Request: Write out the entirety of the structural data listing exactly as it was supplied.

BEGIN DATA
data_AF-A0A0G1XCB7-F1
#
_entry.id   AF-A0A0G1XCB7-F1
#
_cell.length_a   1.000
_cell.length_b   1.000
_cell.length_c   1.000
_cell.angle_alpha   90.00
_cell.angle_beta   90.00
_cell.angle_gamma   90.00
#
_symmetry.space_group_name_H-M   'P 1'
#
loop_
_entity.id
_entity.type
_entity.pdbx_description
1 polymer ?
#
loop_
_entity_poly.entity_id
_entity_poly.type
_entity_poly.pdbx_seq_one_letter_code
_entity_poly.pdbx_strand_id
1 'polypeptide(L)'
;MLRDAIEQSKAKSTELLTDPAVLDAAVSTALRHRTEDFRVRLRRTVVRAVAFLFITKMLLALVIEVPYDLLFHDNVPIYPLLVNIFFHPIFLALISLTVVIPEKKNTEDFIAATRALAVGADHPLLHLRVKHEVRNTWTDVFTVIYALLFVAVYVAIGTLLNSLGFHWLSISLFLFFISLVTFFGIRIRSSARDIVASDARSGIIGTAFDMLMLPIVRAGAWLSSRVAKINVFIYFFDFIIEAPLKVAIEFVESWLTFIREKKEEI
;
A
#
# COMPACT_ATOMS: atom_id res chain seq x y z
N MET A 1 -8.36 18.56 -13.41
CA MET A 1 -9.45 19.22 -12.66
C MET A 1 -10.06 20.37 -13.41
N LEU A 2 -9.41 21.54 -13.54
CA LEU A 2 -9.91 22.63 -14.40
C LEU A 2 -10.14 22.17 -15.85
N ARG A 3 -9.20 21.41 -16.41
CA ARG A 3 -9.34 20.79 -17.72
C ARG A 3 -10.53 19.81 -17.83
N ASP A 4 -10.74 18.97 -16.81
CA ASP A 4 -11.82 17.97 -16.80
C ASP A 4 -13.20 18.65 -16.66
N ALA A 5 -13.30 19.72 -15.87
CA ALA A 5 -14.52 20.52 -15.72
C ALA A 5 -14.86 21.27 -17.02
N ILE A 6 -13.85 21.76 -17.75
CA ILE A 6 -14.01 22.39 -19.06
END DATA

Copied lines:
data_AF-A0A0G1XCB7-F1
#
_entry.id   AF-A0A0G1XCB7-F1
#
_cell.length_a   1.000
_cell.length_b   1.000
_cell.length_c   1.000
_cell.angle_alpha   90.00
_cell.angle_beta   90.00
_cell.angle_gamma   90.00
#
_symmetry.space_group_name_H-M   'P 1'
#
loop_
_entity.id
_entity.type
_entity.pdbx_description
1 polymer ?
#
loop_
_entity_poly.entity_id
_entity_poly.type
_entity_poly.pdbx_seq_one_letter_code
_entity_poly.pdbx_strand_id
1 'polypeptide(L)'
;MLRDAIEQSKAKSTELLTDPAVLDAAVSTALRHRTEDFRVRLRRTVVRAVAFLFITKMLLALVIEVPYDLLFHDNVPIYPLLVNIFFHPIFLALISLTVVIPEKKNTEDFIAATRALAVGADHPLLHLRVKHEVRNTWTDVFTVIYALLFVAVYVAIGTLLNSLGFHWLSISLFLFFISLVTFFGIRIRSSARDIVASDARSGIIGTAFDMLMLPIVRAGAWLSSRVAKINVFIYFFDFIIEAPLKVAIEFVESWLTFIREKKEEI
;
A
#
# COMPACT_ATOMS: atom_id res chain seq x y z
N MET A 1 -8.36 18.56 -13.41
CA MET A 1 -9.45 19.22 -12.66
C MET A 1 -10.06 20.37 -13.41
N LEU A 2 -9.41 21.54 -13.54
CA LEU A 2 -9.91 22.63 -14.40
C LEU A 2 -10.14 22.17 -15.85
N ARG A 3 -9.20 21.41 -16.41
CA ARG A 3 -9.34 20.79 -17.72
C ARG A 3 -10.53 19.81 -17.83
N ASP A 4 -10.74 18.97 -16.81
CA ASP A 4 -11.82 17.97 -16.80
C ASP A 4 -13.20 18.65 -16.66
N ALA A 5 -13.30 19.72 -15.87
CA ALA A 5 -14.52 20.52 -15.72
C ALA A 5 -14.86 21.27 -17.02
N ILE A 6 -13.85 21.76 -17.75
CA ILE A 6 -14.01 22.39 -19.06